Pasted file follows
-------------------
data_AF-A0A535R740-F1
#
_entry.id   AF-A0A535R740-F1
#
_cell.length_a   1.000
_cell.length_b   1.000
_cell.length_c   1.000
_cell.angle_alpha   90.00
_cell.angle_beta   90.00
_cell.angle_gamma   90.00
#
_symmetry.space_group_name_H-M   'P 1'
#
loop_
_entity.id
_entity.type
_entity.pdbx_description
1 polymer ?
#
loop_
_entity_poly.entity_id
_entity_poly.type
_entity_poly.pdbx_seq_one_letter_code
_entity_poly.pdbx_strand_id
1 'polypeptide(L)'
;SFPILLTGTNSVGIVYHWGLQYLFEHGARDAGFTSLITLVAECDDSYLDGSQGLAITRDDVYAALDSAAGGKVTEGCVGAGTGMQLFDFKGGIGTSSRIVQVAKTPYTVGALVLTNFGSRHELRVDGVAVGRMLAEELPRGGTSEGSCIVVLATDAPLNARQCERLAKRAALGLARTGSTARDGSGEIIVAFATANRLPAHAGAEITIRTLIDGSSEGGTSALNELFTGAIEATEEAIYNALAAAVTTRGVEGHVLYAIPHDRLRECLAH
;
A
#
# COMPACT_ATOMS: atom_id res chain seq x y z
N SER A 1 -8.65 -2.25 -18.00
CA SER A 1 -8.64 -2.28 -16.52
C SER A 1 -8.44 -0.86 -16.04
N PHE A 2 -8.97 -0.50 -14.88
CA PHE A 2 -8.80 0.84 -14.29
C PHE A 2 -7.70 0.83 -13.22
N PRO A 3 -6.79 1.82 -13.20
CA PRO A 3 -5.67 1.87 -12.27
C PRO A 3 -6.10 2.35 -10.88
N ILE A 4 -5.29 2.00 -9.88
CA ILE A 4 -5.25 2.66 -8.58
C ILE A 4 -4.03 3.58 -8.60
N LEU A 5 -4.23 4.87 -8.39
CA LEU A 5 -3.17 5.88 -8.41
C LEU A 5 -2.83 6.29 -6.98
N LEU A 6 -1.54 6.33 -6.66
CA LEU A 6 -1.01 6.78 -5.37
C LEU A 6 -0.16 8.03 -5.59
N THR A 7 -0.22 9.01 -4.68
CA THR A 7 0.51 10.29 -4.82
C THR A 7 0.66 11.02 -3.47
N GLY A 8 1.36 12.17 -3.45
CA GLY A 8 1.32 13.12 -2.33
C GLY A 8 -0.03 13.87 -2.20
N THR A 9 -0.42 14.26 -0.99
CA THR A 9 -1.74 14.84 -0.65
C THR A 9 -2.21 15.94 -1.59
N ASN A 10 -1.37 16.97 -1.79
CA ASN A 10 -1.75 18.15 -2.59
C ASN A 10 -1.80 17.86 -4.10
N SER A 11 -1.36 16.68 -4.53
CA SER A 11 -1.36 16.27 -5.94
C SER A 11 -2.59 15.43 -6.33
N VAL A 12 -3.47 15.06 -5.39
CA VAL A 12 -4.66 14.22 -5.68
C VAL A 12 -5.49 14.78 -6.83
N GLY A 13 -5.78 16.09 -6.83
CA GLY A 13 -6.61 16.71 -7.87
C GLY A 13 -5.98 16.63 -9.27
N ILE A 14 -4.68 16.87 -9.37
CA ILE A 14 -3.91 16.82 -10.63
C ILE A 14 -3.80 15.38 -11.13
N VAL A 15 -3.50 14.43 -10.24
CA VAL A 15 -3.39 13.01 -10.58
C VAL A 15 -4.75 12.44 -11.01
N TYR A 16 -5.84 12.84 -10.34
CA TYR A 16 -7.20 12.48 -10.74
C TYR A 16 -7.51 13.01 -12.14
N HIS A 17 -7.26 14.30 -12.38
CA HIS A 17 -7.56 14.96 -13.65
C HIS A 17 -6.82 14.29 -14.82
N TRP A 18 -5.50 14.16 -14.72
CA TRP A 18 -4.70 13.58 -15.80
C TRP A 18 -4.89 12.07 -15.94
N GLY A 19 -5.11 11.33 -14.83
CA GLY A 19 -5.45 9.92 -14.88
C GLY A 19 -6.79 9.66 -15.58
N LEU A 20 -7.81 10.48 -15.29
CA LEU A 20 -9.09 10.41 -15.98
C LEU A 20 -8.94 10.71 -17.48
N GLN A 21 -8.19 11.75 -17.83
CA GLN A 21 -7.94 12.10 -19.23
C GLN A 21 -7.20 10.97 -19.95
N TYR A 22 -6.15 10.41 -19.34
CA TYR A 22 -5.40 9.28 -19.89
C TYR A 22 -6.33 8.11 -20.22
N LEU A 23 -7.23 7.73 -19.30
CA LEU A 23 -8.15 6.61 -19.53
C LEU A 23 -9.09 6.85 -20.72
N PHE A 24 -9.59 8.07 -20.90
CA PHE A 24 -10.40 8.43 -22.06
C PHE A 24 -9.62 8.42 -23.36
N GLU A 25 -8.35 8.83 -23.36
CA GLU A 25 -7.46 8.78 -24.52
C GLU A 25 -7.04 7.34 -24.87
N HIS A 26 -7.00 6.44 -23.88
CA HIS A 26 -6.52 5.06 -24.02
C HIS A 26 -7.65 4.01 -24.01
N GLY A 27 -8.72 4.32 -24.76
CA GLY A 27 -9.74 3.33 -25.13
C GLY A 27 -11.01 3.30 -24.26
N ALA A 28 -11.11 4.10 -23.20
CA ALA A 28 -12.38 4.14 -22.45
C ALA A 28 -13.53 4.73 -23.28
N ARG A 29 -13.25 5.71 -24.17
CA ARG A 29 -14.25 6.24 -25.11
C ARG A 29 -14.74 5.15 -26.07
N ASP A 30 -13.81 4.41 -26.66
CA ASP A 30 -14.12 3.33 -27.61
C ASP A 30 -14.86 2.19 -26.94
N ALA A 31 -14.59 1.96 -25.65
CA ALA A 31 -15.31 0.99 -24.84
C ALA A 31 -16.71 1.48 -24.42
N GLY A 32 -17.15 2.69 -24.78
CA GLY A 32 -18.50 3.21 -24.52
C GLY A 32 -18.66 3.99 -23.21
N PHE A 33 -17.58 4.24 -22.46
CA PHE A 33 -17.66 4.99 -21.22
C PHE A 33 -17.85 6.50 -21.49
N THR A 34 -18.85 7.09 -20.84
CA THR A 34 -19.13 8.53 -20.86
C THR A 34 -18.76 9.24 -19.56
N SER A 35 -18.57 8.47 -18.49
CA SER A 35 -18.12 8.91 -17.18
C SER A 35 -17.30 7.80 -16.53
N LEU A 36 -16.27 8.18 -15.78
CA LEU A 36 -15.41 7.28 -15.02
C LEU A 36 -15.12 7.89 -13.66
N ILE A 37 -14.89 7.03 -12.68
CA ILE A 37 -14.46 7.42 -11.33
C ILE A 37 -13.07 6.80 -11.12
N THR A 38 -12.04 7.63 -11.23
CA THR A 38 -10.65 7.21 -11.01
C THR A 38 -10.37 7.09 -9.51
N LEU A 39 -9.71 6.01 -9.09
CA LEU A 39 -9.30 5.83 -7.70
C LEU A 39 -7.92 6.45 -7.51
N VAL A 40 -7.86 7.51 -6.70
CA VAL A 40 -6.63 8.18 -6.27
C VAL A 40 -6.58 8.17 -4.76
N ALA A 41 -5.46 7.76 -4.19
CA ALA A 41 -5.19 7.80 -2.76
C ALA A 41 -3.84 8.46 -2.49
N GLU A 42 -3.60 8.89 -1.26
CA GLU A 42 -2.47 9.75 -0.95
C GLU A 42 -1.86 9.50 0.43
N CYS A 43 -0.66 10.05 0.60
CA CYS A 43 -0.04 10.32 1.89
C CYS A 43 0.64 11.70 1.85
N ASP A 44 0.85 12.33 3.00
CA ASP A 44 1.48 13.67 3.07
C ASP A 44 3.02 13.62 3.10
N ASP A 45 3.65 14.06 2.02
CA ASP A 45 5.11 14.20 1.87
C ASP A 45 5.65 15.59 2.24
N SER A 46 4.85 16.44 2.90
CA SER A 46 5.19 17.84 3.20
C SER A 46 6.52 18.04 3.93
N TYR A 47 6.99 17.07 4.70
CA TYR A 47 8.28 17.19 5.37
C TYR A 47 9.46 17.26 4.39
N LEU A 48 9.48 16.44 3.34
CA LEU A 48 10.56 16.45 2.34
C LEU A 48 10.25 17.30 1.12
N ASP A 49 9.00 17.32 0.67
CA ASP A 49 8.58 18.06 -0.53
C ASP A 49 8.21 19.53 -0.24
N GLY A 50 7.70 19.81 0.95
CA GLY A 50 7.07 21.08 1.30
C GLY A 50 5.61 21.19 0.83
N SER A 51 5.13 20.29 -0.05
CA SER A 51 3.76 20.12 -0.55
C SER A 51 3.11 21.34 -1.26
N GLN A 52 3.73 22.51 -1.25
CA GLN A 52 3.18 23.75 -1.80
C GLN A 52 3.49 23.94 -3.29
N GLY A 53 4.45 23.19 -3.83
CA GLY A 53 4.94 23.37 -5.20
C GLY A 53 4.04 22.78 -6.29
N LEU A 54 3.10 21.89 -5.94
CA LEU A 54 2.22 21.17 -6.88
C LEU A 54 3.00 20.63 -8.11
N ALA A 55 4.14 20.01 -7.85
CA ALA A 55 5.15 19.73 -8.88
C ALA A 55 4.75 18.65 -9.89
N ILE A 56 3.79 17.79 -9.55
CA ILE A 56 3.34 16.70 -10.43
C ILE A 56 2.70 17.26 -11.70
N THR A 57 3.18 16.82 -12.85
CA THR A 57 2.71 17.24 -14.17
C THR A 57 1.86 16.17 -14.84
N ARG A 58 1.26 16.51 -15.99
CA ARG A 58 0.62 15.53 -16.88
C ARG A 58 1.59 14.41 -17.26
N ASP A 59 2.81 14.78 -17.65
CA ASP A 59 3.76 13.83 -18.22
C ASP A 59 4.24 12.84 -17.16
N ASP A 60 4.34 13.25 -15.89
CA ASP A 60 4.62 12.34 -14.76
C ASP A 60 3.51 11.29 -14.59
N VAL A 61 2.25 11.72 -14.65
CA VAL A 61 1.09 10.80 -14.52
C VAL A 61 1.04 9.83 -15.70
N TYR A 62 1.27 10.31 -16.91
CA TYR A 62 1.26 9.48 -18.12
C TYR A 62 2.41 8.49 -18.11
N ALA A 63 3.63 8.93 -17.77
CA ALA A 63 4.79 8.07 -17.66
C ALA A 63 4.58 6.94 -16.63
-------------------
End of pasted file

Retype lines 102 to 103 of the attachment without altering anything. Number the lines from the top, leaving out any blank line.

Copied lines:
C PHE A 24 -9.62 8.42 -23.36
N GLU A 25 -8.35 8.83 -23.36